What do tick bites have to do with red meat allergies? For many Americans, quite a lot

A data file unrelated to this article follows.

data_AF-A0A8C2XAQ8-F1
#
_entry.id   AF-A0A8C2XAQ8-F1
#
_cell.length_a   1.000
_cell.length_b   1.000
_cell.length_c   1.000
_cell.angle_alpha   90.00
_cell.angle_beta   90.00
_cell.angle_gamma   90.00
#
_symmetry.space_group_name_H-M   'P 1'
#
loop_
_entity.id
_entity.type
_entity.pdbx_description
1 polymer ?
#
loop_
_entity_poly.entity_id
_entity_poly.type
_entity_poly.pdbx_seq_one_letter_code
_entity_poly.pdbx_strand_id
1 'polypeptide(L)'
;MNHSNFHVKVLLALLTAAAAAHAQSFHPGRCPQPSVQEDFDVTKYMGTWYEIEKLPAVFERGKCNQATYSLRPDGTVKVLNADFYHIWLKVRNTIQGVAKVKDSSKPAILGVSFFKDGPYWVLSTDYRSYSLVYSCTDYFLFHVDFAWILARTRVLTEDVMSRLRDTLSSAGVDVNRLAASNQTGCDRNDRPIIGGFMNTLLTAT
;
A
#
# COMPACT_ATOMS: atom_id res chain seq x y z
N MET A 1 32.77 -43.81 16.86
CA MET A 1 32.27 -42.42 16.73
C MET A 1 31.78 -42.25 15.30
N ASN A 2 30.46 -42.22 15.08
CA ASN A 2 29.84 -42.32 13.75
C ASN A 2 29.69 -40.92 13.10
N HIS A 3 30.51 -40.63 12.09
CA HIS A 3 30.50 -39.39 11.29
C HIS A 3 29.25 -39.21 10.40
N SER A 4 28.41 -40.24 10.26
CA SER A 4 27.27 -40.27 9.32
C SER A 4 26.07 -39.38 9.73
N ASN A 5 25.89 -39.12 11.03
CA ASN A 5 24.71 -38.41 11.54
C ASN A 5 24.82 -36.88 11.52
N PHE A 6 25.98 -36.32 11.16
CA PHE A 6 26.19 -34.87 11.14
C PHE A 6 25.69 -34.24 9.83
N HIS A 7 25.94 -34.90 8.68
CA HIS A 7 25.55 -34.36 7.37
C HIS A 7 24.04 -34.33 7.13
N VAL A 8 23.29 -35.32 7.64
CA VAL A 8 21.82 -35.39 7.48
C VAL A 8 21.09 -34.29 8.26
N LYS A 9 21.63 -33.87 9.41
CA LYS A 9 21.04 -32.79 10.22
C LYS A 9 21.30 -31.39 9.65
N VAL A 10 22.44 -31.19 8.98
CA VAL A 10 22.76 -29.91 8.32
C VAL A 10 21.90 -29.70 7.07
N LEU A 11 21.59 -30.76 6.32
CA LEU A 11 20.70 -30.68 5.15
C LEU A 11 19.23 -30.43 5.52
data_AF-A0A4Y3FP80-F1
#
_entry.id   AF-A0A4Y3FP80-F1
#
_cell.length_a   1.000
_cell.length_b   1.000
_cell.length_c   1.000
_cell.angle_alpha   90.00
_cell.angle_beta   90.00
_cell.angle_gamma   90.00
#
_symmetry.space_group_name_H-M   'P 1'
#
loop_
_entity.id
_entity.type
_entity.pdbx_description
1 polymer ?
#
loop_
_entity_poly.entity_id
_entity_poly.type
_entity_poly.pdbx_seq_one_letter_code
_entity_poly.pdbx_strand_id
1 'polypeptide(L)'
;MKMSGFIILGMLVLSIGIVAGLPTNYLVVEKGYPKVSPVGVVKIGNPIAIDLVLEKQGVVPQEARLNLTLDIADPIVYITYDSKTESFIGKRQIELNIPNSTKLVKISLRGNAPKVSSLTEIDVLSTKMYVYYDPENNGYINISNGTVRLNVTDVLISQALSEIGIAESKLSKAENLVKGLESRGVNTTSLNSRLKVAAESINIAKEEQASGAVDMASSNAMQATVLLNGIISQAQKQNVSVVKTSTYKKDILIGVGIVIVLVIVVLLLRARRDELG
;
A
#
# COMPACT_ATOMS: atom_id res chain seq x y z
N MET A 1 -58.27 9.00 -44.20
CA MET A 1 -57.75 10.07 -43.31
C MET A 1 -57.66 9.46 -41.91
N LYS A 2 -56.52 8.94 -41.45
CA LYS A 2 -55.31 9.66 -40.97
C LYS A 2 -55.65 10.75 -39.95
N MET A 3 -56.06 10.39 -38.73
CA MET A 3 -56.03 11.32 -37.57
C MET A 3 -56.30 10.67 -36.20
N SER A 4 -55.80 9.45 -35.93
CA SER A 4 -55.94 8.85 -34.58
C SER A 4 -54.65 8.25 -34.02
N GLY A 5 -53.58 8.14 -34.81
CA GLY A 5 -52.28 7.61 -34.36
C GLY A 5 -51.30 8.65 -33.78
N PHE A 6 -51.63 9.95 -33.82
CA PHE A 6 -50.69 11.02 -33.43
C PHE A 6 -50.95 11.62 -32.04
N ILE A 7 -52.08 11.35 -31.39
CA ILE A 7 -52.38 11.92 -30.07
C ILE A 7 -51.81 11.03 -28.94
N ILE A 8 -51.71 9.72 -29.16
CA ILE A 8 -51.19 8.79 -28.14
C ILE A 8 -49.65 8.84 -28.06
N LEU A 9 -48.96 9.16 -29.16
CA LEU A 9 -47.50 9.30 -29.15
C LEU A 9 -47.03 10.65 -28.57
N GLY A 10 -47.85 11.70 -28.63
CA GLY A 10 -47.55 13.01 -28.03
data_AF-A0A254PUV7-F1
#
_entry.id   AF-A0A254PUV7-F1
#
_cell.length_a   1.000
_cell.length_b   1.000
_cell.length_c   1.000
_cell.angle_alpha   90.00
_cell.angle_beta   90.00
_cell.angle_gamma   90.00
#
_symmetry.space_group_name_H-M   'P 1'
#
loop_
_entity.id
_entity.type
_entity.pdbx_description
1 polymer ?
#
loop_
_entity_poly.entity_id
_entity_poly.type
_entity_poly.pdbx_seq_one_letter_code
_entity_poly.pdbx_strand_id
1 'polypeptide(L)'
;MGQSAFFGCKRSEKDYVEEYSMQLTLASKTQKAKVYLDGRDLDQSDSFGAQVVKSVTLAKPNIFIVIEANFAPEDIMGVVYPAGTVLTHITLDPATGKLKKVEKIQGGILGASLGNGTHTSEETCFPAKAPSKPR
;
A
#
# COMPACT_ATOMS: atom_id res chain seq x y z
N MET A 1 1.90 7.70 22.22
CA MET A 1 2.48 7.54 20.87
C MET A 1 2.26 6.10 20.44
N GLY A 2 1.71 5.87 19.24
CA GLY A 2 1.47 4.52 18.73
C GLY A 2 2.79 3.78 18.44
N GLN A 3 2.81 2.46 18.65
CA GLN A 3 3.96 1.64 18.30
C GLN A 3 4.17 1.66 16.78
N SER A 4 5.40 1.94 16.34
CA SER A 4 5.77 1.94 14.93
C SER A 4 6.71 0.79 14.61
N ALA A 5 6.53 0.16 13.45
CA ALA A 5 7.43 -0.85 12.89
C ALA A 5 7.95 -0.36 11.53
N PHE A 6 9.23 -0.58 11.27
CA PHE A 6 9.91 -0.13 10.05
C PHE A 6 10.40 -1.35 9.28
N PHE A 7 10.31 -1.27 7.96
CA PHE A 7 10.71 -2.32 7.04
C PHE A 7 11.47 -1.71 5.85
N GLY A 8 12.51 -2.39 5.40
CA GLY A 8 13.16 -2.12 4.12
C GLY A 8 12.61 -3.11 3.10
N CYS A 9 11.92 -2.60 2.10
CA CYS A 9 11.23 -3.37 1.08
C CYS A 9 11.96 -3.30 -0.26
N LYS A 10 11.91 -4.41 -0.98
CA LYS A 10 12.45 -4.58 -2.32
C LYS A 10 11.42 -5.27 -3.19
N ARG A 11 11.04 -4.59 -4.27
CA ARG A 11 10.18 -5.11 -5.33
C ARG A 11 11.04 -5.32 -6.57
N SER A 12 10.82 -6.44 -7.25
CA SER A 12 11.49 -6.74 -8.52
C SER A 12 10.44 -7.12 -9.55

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Did you know that you can develop a red meat allergy from a tick bite? As bizarre as it sounds, it is a serious condition that affects more than 110,000 Americans. The condition is formally known as Alpha-gal syndrome (AGS), and it causes a delayed allergic reaction 2-6 hours after eating red meat. People with AGS are sensitive to alpha gal, a chemical found in cows, pigs, deer, lamb and rabbit. Non-food products containing alpha-gal can also trigger a reaction in people with AGS. Medicines coated in gelatin, for example, can be problematic, because gelatin is typically made from cows or pigs. Birds, fish, reptiles and humans do not contain alpha gal. AGS can cause a number of symptoms, including hives or rashes, nausea, indigestion, diarrhea, cough, trouble breathing, dizziness and severe stomach pain.

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